Meanwhile, the man who snatched the rifle away from the gunman during the shooting told Tennessee lawmakers Tuesday he faced ‘the true test of a man,’ drawing a standing ovation during his brief address. As the state House hailed him as a hero, James Shaw Jr. said he acted to save his own life early Sunday and saved others in the process.
‘I never thought I’d be in a room with all the eyes on me, but you know, I’m very grateful to be here,’ Shaw told House members. Shaw said he has gone to see some of the shooting victims in the hospital and they all remembered him. He apologized to the people whose loved ones died in the attack.
The state Senate also honored Shaw on Tuesday.
James Shaw Jr., waves to the crowd and legislators inside the Tennessee House chambers as he is honored for disarming Reinking
After the shooting, authorities say Reinking escaped on foot from the restaurant and shed his only item of clothing. By the time he was captured in the woods nearby, police had searched his apartment and found the key fob to a stolen BMW they had recovered in the parking lot days earlier. The BMW theft had not initially been tied to Reinking.
Police seized multiple items from his apartment including: a Remington rifle with a magazine, cartridges for different calibers of guns, two rifle scopes and gun cleaning equipment. Police also found three books on patents in the apartment, along with a sketchbook, two iPhones and a number of pieces of computer equipment, court records show.
Nashville Police Department Lt. Carlos Lara told reporters Reinking was arrested Monday after detectives were tipped to the suspect’s presence by some construction workers. He carried a black backpack with a silver semi-automatic weapon and .45-caliber ammunition.
The arrest ended a 24-hour manhunt involving more than 160 law enforcement officers, but it left troubling unanswered questions about official responses to months of bizarre behavior before the restaurant attack, including encounters with police in Illinois and Colorado and an arrest at the White House that raised red flags.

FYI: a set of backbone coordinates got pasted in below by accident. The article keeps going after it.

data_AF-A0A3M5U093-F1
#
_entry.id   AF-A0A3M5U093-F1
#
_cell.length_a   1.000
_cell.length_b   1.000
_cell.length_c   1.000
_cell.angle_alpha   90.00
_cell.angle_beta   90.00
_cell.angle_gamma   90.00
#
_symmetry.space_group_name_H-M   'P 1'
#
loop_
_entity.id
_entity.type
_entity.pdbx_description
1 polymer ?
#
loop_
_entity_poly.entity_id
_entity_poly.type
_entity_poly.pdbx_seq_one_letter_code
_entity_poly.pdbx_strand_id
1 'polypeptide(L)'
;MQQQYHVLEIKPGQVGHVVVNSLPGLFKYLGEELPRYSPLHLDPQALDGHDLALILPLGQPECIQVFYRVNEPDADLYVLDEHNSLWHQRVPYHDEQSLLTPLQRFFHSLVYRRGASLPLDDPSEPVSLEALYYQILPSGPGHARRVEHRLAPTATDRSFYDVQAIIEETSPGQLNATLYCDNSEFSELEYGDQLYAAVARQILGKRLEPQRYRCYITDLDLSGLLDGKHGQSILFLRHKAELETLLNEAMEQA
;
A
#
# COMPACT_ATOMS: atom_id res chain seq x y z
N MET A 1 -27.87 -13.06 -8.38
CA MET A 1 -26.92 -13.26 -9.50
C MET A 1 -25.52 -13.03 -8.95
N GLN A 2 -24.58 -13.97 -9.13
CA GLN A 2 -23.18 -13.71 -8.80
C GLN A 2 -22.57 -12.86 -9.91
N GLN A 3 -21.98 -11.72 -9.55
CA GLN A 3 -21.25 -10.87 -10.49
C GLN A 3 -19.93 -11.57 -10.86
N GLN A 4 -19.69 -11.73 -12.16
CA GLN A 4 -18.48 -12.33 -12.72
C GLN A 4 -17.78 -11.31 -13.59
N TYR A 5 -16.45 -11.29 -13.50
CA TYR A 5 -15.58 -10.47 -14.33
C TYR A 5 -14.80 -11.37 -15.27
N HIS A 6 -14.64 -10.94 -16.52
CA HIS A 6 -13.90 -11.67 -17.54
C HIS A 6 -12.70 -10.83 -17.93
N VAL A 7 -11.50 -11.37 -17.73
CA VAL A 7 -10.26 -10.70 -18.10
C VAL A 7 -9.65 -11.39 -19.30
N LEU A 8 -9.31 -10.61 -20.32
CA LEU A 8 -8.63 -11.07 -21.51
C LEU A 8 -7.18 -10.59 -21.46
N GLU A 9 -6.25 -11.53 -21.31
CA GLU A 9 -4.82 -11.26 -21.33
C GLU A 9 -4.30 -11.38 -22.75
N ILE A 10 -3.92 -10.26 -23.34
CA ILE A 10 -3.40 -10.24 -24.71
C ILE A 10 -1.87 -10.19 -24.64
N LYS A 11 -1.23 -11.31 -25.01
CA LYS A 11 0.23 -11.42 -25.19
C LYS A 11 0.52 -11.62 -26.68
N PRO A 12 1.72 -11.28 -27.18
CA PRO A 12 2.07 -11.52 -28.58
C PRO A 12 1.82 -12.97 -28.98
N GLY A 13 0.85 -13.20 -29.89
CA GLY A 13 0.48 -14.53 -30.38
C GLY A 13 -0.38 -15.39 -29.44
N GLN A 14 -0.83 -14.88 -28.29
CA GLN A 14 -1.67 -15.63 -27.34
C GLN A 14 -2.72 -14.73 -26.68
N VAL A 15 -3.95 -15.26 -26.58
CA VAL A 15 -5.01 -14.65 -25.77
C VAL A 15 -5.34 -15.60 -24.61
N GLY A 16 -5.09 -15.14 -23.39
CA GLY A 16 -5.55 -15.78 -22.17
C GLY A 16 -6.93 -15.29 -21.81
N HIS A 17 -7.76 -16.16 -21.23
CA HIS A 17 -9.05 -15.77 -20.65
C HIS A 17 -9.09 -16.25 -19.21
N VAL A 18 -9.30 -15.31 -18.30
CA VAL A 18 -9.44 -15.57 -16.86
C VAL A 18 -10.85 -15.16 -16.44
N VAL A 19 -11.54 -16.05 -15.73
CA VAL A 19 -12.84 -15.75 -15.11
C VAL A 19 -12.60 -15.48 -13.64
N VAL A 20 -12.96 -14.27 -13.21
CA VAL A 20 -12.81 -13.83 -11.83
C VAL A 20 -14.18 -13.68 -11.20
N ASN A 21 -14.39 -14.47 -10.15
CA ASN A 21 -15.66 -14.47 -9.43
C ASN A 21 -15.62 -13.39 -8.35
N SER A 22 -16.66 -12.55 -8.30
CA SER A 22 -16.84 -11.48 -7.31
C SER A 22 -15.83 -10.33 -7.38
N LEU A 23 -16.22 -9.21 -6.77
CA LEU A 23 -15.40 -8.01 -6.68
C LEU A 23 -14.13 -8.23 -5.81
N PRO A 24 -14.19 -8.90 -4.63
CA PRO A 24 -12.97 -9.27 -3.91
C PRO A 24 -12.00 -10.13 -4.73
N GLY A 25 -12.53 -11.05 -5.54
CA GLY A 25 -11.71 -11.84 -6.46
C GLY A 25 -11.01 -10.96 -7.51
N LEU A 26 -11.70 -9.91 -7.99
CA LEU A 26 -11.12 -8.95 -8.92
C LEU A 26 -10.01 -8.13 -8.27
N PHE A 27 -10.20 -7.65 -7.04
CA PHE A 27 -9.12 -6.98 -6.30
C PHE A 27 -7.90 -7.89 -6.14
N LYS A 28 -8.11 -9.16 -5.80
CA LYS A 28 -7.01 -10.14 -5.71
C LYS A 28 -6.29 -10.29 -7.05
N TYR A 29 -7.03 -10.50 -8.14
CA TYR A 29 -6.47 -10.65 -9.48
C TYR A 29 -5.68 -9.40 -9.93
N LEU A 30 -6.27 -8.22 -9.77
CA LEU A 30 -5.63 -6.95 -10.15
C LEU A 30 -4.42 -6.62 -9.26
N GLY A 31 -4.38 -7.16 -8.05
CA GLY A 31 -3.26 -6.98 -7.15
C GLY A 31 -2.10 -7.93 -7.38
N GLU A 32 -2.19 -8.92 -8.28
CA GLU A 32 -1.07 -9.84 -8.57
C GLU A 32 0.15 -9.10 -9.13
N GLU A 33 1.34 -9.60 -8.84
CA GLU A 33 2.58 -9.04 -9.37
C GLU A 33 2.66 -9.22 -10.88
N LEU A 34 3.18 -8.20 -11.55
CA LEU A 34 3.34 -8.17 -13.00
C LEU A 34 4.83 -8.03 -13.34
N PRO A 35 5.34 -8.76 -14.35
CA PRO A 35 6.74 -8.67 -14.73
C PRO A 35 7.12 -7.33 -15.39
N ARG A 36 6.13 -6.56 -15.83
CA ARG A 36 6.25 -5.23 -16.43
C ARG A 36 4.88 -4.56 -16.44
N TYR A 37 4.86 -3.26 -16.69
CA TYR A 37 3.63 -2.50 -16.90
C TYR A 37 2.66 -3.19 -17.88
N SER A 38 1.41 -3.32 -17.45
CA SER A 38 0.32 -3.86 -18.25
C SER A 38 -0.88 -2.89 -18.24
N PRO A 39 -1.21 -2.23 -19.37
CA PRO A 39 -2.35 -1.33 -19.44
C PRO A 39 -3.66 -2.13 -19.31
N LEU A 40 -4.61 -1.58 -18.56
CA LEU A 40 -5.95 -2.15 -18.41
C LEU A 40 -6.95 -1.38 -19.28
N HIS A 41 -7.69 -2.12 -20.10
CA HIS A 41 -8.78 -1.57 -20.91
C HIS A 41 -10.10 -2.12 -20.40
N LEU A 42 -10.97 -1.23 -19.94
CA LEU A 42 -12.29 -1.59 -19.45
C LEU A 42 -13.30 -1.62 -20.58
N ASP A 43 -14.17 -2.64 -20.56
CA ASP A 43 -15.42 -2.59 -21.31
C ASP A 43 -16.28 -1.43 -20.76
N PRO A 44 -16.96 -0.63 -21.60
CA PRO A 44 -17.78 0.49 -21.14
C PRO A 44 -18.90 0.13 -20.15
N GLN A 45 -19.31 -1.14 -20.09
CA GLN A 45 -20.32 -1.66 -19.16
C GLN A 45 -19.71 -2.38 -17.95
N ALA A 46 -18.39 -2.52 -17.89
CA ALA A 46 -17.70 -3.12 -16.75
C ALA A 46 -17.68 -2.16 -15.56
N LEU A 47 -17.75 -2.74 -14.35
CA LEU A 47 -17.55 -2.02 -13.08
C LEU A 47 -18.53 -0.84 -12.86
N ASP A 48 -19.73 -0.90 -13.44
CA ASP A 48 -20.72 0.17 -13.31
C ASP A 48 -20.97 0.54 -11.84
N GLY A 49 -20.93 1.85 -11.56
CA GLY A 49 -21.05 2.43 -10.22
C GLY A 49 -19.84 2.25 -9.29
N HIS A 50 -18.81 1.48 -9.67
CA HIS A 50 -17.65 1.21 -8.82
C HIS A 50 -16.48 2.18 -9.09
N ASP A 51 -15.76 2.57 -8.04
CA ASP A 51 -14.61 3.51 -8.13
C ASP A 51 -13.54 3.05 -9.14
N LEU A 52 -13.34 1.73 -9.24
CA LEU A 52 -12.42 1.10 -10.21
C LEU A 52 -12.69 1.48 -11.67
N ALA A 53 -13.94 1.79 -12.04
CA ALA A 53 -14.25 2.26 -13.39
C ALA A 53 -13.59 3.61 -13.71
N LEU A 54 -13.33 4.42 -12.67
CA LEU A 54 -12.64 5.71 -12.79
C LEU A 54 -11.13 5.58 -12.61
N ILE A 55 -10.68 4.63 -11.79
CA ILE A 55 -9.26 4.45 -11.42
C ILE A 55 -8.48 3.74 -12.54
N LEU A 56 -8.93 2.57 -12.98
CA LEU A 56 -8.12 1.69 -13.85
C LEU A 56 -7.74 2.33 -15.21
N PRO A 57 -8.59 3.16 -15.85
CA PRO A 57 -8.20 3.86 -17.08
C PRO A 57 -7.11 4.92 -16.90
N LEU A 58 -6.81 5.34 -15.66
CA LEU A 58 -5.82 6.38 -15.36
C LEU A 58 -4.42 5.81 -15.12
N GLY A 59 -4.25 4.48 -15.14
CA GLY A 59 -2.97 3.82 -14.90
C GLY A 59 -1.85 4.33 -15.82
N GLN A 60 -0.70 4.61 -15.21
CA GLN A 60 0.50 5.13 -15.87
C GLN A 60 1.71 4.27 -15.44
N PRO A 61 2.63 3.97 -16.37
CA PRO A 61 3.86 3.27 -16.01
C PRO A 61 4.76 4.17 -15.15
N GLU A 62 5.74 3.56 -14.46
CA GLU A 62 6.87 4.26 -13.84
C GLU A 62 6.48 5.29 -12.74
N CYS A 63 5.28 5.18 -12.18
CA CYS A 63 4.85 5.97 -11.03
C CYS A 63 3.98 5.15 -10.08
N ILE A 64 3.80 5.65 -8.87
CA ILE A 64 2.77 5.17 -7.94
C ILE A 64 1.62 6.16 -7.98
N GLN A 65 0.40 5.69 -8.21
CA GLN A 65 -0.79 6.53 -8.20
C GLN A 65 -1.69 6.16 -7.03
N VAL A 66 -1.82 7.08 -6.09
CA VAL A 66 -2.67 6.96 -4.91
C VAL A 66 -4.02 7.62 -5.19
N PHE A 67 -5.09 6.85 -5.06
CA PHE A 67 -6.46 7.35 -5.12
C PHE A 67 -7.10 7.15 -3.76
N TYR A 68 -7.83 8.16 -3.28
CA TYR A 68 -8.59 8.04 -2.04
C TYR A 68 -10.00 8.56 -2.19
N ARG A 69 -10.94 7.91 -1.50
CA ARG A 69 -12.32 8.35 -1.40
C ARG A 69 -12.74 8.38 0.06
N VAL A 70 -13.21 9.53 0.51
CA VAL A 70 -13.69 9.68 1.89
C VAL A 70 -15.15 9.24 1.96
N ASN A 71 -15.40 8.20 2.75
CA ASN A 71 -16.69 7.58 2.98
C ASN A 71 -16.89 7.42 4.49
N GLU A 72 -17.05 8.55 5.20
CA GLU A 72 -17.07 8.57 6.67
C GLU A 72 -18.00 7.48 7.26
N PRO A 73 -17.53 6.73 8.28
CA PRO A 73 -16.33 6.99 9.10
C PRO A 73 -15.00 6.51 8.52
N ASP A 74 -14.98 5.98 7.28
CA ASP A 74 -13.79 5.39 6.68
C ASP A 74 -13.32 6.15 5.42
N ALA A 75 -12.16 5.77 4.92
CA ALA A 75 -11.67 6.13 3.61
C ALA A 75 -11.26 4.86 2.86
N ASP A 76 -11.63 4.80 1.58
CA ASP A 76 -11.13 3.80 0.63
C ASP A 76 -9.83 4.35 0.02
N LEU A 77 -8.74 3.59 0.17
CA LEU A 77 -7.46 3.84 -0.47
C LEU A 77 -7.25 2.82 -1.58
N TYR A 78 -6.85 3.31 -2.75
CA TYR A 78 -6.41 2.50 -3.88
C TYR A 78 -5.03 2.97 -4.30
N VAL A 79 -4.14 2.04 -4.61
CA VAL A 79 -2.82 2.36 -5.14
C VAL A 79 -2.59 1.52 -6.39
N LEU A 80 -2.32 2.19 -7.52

A former co-worker told a Salida, Colorado, police detective Reinking was infatuated with singer Taylor Swift and claimed to be a sovereign citizen.
In this photo released by the Metro Nashville Police Department, Travis Reinking sits in a police car after being arrested in Nashville on Monday
Last July, Reinking was arrested by the U.S. Secret Service after he entered a restricted area near the White House and refused to leave, saying he wanted to meet President Donald Trump. The suspect told Washington, D.C., police he was a sovereign citizen and had a right to inspect the grounds, according to an incident report.
Reinking was not armed at the time, but at the FBI’s request, Illinois police revoked his state firearms card. Four guns, including the AR-15 used in the shootings, were transferred to his father, a procedure allowed under Illinois law.
Tazewell County Sheriff Robert Huston said Jeffrey Reinking pledged he would ‘keep the weapons secure and out of the possession of Travis.’ Don Aaron, a Nashville Police spokesman, said Reinking’s father ‘has now acknowledged giving them back’ to his son.
Bureau of Alcohol, Tobacco, Firearms and Explosives special Agent Marcus Watson said Monday that his father’s action is ‘potentially a violation of federal law.’
Phone calls to a number listed for the father went unanswered.